After the success of their first single, Plato and The Philosophers got in touch with a well respected studio in Columbia, Missouri(which was only about thirty five miles away from Moberly) called "Fairyland Studios". The band worked out a deal with the studio to issue the record on the Fairyland Records label by paying for all the studio and record pressing costs. This time the band would lay down the initial backing tracks and then come back in another session and overdub the vocals on May 7, 1967. In the summer of 1967, the record was released. Only about four hundred copies were pressed. Most were sold at dances and sent out to radio stations. There was some radio air play, but not enough to go back and repress the record. Ken's ballad "Wishes" was the a-side, while "Thirteen O'clock" was the b-side. Ben White thought up the title and Ken wrote the words and music. When asked what the lyrics were about, Ken is at a loss to remember. He does recall trying to make the bass sound in the song distinguished. A lot of reverb was added to the song. If one listens carefully to the end of the song you can hear the drummer knocking over this cymbal stand. While the band wanted to re-do it, they later decided it sounded kind of cool and left it in anyway.

After the "Thirteen O'Clock Flight To Psychedelphia" single, the band went back into Fairyland Studios on September 24, 1967 to record two more sides for a single "Doomsday Nowhere City" b/w "I Knew". Ken recalls that "Doomsday Nowhere City" was about "not liking his hometown and wanting to get away from it, putting it down". The song stands out as real period gem, reflecting the pop psychedelic sound that was issuing from bands such as The Strawberry Alarm Clock and The Rainy Daze. The flip side "I Knew" is lost. It was to be a song with lots of brass. When the sessions were finished the band failed to issue the sides as a single for lack of funds.

In 1968 Plato and The Philosophers began to change to a heavier sound, influenced in part by their admiration for The Iron Butterfly. When the album In A Gadda Da Vidda was released all the groups in the Central Missouri area would perform the single edit of In A Gadda Da Vidda.

Barry, Plato's keyboard player, studied the long version of the song for a month. He dedicated his time to learning every single note of the eighteen minute song. Thereafter In A Gadda Da Vidda became the theme song for Plato and The Philosophers. For the next year the band played the long version at every gig. In 1969 Plato had been booked into a Florida club six nights a week performing from nine till two in the morning.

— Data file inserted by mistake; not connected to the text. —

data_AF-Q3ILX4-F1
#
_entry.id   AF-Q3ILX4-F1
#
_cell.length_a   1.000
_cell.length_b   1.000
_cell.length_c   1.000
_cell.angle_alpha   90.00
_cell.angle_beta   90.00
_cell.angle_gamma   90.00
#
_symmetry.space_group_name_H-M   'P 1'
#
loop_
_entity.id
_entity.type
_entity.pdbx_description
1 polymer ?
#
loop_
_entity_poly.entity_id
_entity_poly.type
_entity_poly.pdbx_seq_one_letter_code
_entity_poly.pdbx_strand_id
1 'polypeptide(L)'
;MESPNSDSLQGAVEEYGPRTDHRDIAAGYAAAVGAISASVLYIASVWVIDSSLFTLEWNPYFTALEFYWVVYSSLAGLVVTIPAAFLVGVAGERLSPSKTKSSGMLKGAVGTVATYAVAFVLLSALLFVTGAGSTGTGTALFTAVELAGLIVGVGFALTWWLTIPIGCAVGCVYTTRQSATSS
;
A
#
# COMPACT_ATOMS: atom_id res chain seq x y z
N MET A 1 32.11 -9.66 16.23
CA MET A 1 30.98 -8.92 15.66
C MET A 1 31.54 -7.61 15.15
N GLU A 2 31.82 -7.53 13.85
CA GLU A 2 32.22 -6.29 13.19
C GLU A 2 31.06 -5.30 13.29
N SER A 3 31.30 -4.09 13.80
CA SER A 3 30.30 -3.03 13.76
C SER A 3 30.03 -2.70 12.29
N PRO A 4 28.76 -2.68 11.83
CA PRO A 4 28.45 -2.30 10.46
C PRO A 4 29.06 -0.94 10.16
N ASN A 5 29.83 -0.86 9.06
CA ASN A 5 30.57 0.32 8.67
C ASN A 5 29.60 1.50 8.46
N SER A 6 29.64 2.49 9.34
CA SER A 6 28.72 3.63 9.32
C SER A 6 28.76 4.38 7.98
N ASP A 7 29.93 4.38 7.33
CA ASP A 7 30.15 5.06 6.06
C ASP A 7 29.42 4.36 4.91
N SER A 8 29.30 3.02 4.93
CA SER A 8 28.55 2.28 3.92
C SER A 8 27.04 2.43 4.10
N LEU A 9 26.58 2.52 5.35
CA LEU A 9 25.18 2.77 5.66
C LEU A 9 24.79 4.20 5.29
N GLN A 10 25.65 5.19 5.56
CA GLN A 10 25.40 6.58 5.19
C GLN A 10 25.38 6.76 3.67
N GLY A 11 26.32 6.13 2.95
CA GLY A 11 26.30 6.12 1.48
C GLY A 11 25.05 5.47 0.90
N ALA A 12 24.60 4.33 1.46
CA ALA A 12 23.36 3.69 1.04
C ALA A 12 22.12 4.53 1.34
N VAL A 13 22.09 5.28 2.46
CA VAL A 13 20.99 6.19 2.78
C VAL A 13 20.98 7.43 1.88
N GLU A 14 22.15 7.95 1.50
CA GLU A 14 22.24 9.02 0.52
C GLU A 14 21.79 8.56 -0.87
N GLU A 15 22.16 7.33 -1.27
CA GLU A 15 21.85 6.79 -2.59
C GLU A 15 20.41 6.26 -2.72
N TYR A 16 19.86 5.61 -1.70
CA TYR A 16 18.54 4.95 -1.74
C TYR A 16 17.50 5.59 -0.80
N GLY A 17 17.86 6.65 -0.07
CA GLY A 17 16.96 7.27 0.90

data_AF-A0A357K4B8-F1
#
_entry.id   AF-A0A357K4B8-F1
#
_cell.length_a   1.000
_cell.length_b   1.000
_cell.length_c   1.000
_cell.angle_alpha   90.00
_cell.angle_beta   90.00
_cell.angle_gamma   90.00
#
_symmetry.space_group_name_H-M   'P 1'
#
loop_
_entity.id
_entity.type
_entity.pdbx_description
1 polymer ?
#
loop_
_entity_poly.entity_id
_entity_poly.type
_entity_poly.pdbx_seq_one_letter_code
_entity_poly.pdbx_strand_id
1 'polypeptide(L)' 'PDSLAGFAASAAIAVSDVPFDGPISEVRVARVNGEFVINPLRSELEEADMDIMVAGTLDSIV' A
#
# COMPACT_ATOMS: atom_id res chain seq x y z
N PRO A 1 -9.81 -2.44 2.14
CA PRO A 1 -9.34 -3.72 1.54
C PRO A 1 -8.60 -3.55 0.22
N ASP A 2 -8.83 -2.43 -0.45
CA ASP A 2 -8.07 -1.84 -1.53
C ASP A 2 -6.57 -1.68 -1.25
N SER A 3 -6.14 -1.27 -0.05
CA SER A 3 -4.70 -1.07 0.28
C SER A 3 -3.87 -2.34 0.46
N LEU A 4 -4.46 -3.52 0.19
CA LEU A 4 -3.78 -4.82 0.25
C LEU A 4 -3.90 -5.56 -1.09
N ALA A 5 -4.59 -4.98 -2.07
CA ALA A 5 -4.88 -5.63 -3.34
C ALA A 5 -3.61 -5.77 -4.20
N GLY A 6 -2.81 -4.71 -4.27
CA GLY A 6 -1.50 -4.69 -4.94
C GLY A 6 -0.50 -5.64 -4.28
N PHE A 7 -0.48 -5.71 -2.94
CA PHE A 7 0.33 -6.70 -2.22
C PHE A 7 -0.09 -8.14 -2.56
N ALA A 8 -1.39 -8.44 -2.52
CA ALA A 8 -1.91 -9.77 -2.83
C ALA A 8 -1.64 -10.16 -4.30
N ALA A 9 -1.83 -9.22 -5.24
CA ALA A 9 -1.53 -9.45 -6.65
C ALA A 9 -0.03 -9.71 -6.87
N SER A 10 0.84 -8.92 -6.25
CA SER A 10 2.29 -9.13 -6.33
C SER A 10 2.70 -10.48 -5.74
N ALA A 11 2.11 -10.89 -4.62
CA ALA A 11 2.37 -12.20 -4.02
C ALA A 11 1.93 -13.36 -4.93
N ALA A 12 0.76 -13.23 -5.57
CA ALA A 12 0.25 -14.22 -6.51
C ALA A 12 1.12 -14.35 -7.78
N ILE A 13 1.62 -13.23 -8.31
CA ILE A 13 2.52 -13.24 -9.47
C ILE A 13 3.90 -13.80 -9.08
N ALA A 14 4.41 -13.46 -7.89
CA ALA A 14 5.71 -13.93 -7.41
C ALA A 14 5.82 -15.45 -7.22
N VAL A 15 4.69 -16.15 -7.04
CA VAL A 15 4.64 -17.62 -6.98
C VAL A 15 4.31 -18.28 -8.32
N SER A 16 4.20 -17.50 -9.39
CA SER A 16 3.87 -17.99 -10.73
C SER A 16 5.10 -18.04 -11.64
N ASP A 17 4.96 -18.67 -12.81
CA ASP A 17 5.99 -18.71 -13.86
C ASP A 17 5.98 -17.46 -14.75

The next recording sessions were done in 1968 in Pekin. The songs recorded were "Ima Jean Money"and "Take It Easy". Later in 1968 Plato records some more songs in Springfield- Through Your Heart", "The Pill", "How I Won The War", "In Good Time", and a second version of "Take It Easy". These demos got Plato a tentative agreement with Cedarwood Music for an album and single release. When the group went to Nashville to record an album for major distribution. By now there were only two original members, Ken and Barry. The band's sound also changed with the addition of a brass and horn sound on many of the songs. For example a new version of "Ima Jean Money" was recorded with horns. Other songs recorded at this time were "I Really Don't Care", "Back Room Bar", "Today I Died", "Don't Take It To Heart", and "Winter Green". Two of the songs "Don't Take It To Heart" and "Winter Green" are pop sounding songs written by Larry Williams. The rest of the songs are by Ken Tebow. When it comes time for a album and single release nothing is done, so all the material is never released.

After the Nashville sessions failed to bring success the band began to fall apart. By the end of 1970 Plato and The Philosophers was no more. Ken got married that year, then in June he was drafted into the Army. Five weeks later he was discharged for what the Army termed "physically unfit". The other members left to pursue their own careers. Recently Plato and The Philosophers re-formed and released a cd of new music. Here then, is their first album of old material combined with some other bands from the same era of sound.